IPPR think tank urges clarity over green policies

Wind farm off the coast of Kent Some campaigners say the spread of wind farms has blighted the countryside

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Ministers must send clear signals that they believe in new forms of green technology if they want companies to invest in them, a think tank has said.

The Institute for Public Policy Research (IPPR) said the government had been blowing "hot and cold" on its commitment to cut carbon emissions.

That caution had made the energy sector jittery about investing, it concluded.

The government said its proposed Energy Bill would provide "certainty" for investors in the electricity market.

Energy Secretary Ed Davey said last month climate change goals could be met by banishing coal and gas in the 2030s.

But launching the draft Energy Bill, the government said it wanted to retain flexibility on the target date.

It had previously indicated it could make energy clean within two decades.


IPPR research fellow Reg Plant said: "An ambitious decarbonisation policy offers a route to long-term sustainable economic growth, and productive British businesses.

"But businesses need to know the government will provide consistent support for their investments.

"And at the moment ministers blow hot and cold on their commitment to a green future."

The IPPR said there were "mixed signals" because the government initially promised ambitious targets before seeming to waver about their effect on the economy.

It also said the Treasury should ditch plans to introduce a "carbon floor price" - a green energy tax setting a minimum price for greenhouse gases.

Mr Davey has said the scheme would encourage companies to develop more green technologies, but critics argue the tax would be passed on to consumers.

'Best deal'

A Department of Energy and Climate Change spokesman said: "The government is proposing to reform the electricity market and give certainty to investors with the Energy Bill and revolutionise the energy efficiency of millions of homes and business across the UK through the Green Deal.

"This approach will deliver the best deal for Britain and for consumers, cutting energy waste and helping get us off the hook of relying on imported oil and gas by creating a greener, cleaner and ultimately cheaper mix of electricity sources right here in the UK."

The IPPR report comes amid lobbying from environmental campaigners to cut subsidies to onshore wind farms further.

They argue their spread across the UK has been a blight on the countryside.

Mr Davey has already indicated the government wants to cut wind farm subsidies by about 10%.

Prime Minister David Cameron has said the growth of renewable energy is vital for the British economy.

He has promised to lead the "greenest government ever".


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  • rate this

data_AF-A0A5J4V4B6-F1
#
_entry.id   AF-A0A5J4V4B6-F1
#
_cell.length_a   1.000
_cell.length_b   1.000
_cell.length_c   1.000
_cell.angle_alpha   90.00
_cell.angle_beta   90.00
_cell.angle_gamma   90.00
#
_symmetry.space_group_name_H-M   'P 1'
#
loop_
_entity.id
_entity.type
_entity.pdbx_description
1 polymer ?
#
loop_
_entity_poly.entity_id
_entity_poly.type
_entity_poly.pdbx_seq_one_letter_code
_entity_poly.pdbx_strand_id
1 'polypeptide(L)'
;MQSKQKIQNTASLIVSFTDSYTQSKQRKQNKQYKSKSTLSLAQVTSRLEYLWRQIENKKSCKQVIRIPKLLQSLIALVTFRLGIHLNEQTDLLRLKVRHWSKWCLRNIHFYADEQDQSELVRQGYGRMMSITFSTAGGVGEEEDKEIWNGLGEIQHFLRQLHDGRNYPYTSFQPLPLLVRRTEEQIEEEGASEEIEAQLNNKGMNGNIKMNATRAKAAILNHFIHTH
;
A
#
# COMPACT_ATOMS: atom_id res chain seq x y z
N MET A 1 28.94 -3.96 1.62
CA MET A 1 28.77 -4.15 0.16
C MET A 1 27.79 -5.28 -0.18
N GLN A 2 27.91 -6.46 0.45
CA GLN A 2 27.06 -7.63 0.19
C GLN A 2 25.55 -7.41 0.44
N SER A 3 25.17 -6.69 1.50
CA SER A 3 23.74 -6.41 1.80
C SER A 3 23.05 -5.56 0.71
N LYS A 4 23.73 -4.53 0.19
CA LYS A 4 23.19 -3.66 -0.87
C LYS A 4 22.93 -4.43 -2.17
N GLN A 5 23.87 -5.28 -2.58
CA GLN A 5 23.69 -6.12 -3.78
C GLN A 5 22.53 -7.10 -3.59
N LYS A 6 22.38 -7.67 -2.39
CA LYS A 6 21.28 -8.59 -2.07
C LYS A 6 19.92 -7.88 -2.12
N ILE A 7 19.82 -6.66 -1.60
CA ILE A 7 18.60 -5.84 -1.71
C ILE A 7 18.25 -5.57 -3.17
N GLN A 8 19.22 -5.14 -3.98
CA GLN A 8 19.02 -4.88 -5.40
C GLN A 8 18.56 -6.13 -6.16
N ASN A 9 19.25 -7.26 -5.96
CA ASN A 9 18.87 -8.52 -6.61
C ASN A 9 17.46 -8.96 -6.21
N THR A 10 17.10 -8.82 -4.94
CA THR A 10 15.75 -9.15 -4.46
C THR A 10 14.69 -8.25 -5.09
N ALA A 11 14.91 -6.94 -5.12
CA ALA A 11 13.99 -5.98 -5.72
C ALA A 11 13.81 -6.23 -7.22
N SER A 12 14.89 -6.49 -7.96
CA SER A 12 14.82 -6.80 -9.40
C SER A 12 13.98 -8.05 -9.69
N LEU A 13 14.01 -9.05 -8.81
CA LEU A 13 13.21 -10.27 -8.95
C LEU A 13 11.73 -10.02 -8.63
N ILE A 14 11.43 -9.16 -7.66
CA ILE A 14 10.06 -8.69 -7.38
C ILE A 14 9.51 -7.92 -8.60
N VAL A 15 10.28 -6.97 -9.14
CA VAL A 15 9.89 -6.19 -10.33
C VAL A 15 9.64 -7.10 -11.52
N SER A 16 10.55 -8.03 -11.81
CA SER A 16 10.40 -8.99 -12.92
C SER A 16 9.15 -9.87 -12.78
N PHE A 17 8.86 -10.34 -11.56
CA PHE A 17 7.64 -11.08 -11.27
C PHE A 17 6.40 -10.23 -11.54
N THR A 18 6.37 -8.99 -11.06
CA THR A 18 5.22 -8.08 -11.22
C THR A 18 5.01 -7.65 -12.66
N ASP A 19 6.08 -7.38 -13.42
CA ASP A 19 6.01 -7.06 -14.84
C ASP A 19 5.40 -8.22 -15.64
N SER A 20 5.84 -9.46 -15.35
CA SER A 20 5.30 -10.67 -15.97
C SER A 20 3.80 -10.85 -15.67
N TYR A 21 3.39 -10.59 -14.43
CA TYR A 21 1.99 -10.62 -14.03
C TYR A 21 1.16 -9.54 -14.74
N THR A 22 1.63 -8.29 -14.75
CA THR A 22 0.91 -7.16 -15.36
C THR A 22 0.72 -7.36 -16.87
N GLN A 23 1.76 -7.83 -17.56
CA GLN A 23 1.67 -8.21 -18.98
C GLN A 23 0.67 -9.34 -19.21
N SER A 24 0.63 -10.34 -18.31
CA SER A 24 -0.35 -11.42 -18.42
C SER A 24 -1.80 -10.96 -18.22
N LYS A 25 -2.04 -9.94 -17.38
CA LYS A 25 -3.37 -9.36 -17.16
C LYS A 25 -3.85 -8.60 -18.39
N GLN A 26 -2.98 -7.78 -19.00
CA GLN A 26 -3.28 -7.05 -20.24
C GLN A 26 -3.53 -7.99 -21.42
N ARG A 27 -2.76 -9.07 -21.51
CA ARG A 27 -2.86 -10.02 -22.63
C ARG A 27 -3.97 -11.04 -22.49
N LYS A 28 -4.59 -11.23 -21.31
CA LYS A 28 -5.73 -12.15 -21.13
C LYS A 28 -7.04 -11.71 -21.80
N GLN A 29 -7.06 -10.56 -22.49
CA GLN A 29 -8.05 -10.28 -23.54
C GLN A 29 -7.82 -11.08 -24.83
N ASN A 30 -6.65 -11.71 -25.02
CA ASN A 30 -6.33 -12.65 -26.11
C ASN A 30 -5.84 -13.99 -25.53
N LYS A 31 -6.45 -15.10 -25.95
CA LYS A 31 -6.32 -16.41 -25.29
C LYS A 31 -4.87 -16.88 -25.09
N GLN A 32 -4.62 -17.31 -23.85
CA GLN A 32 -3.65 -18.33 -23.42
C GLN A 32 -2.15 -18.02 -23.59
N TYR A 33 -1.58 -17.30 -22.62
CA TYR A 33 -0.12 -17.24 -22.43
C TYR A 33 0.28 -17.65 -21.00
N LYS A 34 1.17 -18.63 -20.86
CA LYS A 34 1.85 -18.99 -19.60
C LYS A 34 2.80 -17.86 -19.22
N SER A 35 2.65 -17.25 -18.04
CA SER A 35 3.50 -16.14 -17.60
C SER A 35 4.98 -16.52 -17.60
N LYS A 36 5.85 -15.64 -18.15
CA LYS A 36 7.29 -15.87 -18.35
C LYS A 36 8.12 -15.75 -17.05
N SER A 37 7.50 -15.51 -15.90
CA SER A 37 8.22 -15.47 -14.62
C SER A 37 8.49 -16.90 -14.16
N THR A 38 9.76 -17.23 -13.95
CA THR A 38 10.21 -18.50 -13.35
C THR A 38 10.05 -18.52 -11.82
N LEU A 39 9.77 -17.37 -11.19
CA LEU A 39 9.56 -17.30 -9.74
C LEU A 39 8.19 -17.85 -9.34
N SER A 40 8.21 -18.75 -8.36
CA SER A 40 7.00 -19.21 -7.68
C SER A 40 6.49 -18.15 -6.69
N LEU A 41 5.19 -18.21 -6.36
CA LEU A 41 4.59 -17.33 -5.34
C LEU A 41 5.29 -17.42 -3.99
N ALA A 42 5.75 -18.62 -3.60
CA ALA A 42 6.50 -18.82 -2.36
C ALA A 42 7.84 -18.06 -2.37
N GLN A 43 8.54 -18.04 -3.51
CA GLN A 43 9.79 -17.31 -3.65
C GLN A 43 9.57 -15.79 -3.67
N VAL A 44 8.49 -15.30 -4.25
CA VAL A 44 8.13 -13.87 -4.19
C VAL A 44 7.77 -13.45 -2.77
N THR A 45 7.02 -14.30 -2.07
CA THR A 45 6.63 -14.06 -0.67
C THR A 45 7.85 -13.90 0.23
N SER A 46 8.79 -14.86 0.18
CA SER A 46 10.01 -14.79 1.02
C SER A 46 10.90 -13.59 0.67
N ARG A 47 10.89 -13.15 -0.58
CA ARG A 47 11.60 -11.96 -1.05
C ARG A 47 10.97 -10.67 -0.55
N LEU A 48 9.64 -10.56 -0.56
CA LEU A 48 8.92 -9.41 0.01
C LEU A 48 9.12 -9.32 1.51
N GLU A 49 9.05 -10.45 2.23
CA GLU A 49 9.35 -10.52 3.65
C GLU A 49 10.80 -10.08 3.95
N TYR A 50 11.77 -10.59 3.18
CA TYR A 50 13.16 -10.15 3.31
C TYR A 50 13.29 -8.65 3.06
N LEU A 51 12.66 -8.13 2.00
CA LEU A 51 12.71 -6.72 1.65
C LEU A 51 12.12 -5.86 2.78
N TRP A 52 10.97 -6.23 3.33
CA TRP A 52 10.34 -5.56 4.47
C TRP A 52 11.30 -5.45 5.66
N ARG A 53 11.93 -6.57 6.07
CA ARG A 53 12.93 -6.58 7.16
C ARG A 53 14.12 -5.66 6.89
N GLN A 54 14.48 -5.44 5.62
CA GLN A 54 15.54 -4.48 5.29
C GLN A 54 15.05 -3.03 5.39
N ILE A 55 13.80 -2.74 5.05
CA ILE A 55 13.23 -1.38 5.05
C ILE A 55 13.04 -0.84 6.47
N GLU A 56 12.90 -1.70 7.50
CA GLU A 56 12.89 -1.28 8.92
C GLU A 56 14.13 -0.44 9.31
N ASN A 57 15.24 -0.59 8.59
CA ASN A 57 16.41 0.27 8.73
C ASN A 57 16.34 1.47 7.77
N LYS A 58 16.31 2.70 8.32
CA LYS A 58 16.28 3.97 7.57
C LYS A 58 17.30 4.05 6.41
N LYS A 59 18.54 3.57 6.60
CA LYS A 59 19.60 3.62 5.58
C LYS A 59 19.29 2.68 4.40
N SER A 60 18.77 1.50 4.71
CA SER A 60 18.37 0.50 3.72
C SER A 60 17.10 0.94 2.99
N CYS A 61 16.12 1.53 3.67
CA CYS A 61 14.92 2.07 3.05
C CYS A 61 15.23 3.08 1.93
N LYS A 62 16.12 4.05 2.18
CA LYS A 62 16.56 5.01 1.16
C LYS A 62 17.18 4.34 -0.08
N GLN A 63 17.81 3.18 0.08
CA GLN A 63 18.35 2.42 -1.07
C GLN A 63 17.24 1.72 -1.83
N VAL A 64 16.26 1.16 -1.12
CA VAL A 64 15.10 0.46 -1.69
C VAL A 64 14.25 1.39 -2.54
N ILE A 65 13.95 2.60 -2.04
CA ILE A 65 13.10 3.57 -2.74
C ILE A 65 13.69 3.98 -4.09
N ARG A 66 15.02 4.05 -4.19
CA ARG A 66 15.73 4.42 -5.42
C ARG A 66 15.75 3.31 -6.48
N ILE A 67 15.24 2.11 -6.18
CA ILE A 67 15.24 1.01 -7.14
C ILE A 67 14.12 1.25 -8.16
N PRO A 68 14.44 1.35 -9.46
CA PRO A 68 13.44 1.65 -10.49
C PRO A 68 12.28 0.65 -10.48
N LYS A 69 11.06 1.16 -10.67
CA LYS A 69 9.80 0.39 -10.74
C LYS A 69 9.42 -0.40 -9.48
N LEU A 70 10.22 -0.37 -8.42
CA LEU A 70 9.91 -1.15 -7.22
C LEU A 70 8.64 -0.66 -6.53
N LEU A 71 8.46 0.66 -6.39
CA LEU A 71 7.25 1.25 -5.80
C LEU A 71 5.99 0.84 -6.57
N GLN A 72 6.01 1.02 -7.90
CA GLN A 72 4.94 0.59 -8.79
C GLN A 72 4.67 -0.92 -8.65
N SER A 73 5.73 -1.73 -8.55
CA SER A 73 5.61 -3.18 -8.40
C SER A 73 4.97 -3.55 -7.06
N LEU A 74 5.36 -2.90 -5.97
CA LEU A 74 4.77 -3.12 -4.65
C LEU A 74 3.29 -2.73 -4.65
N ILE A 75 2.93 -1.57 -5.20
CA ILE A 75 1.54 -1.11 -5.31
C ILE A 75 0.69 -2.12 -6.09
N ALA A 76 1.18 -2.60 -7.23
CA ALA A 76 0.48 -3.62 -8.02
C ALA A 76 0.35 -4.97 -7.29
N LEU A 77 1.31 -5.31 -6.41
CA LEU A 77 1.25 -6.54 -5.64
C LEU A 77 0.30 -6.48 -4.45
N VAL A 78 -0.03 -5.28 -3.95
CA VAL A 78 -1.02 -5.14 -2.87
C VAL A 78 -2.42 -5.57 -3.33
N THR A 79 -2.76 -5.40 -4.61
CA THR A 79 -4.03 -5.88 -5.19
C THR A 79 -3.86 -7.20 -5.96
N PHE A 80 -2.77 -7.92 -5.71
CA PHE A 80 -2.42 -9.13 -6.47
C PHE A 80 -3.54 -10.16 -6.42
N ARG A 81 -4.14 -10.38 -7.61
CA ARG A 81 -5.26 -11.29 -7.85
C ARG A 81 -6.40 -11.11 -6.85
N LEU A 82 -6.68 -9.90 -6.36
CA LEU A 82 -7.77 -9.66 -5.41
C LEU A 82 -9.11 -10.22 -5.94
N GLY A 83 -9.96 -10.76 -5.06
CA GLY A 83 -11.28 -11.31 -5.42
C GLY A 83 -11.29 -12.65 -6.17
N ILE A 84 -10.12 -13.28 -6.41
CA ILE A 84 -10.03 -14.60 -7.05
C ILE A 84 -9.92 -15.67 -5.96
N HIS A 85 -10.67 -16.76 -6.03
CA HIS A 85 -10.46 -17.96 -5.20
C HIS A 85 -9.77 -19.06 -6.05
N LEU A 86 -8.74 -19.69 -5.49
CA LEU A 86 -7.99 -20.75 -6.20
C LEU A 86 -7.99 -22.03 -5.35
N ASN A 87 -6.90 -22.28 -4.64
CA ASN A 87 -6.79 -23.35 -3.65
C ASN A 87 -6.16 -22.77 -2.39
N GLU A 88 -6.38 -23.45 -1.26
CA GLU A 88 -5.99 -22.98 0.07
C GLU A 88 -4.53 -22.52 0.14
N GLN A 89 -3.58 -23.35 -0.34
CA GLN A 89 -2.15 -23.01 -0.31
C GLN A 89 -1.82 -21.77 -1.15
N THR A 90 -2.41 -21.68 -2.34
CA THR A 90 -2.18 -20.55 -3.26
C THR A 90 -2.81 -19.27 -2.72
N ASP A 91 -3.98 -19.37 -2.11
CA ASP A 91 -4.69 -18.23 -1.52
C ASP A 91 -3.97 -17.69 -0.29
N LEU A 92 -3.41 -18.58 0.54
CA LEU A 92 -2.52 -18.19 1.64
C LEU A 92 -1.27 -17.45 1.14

Comment number 446.

    the problem with tidel power is that its still fairly experemental. it requires futher research and development before its ready for commercial use and even then delicate equipment built to go out to sea tends to have a rather short service life. cutting back on power consumption isnt much of a solution either due to the increasing proliferation of high tech gadgets.

  • rate this

    Comment number 367.

    Any combination of renewable's which will free us from dependence upon others should be rigorously pursued with a majority stake holding kept in the hands of the government.
    We are an Island nation and thus perfectly suited to take advantage of all renewable sources this must become a priority for us.
    The more we produce the more we could start to export which will help with the deficit.

  • rate this

    Comment number 270.

    People will not use renewables in thir homes until the price comes way down at the moment for me it would be cheaper to get tonnes of coal, oil or gas to power my house then solar or wind and also how good is wind if a turbine is on your chimney your chimney will come off, costing you a lot of money to repair the damage. Wind no good, solar to expensive, hydro no good if you dont live near water.

  • rate this

    Comment number 265.

    Politicians like windmills because people can see them pop up. The truth is they capture a laughably small amount of energy. Solar power requires loads of precious minerals which, in it's own, causes severe problems. Tidal power is, and always has been, the only viable green energy source (except nuclear but 'green' people have decided to hate it incase we get a spontanious 8M earthquake)

  • rate this

    Comment number 136.

    No doubt the Govt is happy to see the debate focused on such a narrow bit of 'green policy' as windfarms. There are much bigger issues emerging such as the destruction of the oceans, the environmental impact of increased mineral extraction, dwindling water supplies and overpopulation. To deal with these issues would involve the genuinely unpopular decisions that politicians avoid like the plague.


Comments 5 of 13


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